ESG: What is it?
The disruptions of 2020 have underscored the critical importance of organizations managing and reporting their impact on the economy, the environment and society. ESG stands for Environmental, Social, and Governance. It’s a mode of evaluation to apply to businesses, the better to take measure of their level of sustainability.
ESG measures look at things like workforce diversity, wage gaps, health and safety, carbon dioxide emissions, human rights, ethics and compliance, water management, and community development. ESG metrics and solutions shed a light on a company’s future outlook for investors, lenders, insurers, shareholders, regulators, employees and consumers.
Some questions to ask yourself:
Environment: What is your company doing to reduce emissions and carbon footprint?
Social: Is your company's workplace safe and healthy and how do you measure this? Does your company participate in its community as a source of value?
Governance: Are the interests of your stakeholders in a state of balance and accountability? What risks How does your company, if multinational, perform across a varied spectrum of laws and regulations?
ESG has become a financial challenge.
- For oil and gas companies, cost of capital has increased and sources have become more limited
- Institutional investors use ESG rating practices
- One in four dollars under professional management in the U.S. considers ESG factors in investments
- Almost 70% of banks screen their loan portfolios for ESG issues
- Consider financial impact of ESG activities on business and results of operations
- Sustainability reporting has become a “numbers game”
ESG has become a legal challenge.
- Boards and management should recognize ESG is not a trend.
- Heightened focus of investors on ESG matters.
- Boards are expected to be more engaged than ever.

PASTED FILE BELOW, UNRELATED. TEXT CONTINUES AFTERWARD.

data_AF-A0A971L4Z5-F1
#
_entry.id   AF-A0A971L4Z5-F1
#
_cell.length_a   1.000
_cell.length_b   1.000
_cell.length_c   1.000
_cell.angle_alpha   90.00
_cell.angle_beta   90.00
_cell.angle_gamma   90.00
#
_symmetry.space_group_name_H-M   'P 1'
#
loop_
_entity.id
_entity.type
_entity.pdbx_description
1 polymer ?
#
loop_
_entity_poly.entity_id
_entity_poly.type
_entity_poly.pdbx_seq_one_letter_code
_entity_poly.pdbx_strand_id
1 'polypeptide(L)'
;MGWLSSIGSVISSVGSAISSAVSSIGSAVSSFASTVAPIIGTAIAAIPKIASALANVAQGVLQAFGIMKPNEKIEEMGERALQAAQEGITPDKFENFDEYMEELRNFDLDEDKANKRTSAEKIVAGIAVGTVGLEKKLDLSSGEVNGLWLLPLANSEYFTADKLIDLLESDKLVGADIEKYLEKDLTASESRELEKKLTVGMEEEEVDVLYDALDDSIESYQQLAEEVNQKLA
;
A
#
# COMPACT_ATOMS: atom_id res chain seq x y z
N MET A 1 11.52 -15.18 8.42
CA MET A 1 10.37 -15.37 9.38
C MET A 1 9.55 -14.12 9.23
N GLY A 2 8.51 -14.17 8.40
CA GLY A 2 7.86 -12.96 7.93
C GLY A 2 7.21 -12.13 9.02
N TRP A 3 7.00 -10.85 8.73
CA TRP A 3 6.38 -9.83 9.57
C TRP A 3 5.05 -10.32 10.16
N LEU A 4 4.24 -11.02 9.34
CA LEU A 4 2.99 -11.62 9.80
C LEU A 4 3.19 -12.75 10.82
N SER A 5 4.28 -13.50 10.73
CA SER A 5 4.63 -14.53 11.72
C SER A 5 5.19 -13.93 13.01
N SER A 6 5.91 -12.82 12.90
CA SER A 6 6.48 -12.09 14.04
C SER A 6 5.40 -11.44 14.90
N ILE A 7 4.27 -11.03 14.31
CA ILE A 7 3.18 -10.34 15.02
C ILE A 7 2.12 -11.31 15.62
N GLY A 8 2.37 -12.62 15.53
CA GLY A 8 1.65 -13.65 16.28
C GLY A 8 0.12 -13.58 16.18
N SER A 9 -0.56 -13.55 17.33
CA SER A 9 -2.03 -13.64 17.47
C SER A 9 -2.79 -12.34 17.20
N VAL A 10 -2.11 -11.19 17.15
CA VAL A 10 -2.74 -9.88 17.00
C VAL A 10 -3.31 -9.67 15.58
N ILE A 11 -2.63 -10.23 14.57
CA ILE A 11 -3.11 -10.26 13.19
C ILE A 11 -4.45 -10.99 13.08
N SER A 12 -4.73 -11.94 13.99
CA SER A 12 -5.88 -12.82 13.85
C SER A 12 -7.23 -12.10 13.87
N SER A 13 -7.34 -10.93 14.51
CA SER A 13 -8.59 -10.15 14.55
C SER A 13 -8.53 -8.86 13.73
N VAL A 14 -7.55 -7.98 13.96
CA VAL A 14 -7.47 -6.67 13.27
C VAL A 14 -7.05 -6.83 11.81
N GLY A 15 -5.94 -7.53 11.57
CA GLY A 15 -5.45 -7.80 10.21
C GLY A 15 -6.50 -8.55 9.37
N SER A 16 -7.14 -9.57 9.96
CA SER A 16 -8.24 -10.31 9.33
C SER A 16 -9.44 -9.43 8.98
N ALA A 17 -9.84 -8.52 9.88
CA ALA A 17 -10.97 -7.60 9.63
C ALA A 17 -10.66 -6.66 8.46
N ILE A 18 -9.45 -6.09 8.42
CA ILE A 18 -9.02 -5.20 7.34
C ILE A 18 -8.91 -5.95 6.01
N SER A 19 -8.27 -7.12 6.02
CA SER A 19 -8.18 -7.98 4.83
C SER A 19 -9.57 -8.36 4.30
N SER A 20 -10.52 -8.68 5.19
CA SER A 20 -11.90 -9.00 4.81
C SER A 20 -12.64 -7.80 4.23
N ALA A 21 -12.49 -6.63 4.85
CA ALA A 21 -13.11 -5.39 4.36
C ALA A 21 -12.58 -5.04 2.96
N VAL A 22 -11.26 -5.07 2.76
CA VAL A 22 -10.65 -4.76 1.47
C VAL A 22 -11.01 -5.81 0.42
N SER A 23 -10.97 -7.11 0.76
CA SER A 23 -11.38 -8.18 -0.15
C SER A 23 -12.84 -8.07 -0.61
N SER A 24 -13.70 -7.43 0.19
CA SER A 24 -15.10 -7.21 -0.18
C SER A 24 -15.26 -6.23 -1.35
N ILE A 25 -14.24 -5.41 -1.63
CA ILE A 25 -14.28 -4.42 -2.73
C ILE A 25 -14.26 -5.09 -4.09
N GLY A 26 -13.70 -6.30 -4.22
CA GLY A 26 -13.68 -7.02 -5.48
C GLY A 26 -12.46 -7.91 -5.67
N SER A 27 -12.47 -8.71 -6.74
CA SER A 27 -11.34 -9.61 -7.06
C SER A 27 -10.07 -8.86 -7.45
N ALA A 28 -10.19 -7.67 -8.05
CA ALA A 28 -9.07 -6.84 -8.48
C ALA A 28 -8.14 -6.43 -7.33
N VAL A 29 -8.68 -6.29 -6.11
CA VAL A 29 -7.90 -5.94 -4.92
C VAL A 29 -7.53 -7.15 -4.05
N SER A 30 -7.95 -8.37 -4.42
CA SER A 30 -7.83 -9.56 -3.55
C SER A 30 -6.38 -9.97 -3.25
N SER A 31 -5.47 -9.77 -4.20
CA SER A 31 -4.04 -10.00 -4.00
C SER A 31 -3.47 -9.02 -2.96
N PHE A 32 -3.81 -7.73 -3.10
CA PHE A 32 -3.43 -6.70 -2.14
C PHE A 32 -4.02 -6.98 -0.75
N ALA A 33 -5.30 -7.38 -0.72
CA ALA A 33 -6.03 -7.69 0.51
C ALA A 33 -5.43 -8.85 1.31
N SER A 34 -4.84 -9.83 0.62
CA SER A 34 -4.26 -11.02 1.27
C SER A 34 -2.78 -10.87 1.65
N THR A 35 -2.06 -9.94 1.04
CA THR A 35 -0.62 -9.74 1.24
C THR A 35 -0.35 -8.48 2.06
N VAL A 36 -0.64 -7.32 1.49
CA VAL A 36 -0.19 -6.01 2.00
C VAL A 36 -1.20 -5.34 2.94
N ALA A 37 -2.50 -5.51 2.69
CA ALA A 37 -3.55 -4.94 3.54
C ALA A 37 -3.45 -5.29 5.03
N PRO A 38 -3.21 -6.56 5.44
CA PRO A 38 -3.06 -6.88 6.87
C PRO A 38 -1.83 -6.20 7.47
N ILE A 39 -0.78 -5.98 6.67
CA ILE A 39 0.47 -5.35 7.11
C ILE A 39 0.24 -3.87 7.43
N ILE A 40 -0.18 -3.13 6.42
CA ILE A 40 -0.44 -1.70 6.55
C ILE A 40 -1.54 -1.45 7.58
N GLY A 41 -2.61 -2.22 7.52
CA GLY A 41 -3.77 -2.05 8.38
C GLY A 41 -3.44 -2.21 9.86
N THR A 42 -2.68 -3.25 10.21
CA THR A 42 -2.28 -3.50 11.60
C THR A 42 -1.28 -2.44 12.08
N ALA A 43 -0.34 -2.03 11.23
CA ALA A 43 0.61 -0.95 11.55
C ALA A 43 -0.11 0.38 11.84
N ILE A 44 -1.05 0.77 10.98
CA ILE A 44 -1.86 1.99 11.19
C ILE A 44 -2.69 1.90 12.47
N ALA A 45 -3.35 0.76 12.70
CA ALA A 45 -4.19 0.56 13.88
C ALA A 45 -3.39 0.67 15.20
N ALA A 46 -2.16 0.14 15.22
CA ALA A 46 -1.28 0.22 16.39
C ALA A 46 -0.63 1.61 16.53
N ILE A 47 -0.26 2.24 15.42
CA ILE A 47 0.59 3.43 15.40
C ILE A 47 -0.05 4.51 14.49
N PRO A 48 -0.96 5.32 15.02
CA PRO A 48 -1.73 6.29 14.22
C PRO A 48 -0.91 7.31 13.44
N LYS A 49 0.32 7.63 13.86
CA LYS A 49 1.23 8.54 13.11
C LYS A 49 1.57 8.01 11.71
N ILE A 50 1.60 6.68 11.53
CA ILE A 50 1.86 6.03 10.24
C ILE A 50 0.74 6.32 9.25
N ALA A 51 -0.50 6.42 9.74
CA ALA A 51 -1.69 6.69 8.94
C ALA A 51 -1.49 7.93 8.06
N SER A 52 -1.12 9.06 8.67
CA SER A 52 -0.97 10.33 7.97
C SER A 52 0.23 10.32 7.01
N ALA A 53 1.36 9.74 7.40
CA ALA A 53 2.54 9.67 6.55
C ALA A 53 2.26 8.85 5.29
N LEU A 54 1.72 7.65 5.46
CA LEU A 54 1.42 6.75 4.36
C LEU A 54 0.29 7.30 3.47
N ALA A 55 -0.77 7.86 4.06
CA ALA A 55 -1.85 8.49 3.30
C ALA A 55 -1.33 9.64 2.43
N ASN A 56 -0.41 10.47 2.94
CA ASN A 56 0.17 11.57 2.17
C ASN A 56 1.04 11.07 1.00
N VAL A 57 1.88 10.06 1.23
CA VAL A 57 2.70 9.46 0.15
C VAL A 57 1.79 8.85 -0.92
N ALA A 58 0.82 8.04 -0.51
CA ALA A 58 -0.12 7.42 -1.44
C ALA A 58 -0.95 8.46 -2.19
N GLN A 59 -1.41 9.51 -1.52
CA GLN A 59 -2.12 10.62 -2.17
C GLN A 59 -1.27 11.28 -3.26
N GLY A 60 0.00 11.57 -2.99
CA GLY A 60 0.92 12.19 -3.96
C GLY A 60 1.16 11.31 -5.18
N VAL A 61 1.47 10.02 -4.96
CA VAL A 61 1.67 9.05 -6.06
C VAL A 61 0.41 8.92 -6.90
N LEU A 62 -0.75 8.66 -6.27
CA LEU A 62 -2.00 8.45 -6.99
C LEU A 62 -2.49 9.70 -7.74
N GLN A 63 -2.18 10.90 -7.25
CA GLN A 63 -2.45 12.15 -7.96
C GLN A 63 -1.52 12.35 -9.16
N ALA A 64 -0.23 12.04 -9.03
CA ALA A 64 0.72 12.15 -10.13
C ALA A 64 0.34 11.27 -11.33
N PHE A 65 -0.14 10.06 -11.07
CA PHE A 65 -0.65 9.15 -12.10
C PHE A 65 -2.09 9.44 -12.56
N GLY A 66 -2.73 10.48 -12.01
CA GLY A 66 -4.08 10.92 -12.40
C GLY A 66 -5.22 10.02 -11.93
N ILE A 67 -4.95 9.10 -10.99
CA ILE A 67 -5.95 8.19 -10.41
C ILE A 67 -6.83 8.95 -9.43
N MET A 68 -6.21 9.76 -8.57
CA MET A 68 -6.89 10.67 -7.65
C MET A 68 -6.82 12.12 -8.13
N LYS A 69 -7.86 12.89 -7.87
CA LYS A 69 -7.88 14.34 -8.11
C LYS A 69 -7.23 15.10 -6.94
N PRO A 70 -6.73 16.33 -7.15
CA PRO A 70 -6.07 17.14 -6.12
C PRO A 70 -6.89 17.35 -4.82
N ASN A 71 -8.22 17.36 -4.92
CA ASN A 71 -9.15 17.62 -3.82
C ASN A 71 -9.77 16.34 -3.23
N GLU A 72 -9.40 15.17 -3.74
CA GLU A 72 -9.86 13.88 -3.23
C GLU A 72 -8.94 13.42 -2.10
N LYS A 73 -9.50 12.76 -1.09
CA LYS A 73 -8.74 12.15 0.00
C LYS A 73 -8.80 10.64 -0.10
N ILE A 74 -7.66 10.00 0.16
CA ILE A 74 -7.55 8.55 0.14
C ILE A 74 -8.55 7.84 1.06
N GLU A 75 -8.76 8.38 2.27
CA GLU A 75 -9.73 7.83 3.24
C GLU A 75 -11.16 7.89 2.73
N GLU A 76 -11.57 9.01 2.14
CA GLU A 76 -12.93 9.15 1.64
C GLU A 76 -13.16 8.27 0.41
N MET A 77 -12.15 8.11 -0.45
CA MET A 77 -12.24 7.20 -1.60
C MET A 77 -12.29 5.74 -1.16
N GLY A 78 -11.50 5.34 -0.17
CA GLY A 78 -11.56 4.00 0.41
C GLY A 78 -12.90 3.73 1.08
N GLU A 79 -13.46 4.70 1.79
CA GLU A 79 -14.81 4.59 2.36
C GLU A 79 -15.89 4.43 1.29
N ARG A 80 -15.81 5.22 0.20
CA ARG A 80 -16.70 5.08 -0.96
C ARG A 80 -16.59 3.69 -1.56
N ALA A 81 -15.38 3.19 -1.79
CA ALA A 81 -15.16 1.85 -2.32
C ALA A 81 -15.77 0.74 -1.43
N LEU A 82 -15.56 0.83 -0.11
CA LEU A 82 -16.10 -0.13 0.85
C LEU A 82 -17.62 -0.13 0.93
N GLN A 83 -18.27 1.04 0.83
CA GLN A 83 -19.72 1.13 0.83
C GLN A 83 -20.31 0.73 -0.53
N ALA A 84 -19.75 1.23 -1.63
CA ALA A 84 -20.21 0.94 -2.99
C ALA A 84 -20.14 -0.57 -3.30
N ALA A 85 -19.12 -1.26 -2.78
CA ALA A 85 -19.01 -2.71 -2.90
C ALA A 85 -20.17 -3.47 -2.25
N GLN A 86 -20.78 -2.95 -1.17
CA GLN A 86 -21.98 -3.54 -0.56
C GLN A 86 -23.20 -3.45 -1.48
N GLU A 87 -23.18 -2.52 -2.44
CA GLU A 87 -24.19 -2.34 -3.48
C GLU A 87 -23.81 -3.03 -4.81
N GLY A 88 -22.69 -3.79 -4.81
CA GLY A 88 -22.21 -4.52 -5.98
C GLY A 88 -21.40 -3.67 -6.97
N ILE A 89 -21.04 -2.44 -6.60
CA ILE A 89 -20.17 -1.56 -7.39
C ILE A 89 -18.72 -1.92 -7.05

- Poor ESG performance will impact access to capital.
- Attention to certain ESG topics is consistent with fiduciary duties.
- ESG and sustainability have quickly become mainstream governance topics.
- To manage risk and evaluate progress, need clear metrics and goals.
Information and management systems may need to be adjusted.
- Corporate strategy is expected to include ESG matters.
- Open engagement in stakeholder communication is expected.
- The tone at the top matters.
There are five well known frameworks and standards by which companies should asses itself.
The Taskforce on Climate Related Financial Exposures (TCFD) provides comprehensive guidance regarding disclosure of governance, strategy and risk management. Download the recommendations.
SASB standards provide industry-specific metrics to set targets and measure the effectiveness of governance, strategy and risk management. Download the standards.
Carbon Disclosure Project (CDP) is a not-for-profit charity that runs the global disclosure system for investors, companies, cities, states and regions to manage their environmental impacts.
Climate Disclosure Standards Board (CDSB) is an international consortium of business and environmental NGOs offering companies a framework for reporting environmental information
Global Reporting Initiative (GRI) exists to help organizations be transparent and take responsibility for their impacts to create a sustainable future. Download the standards.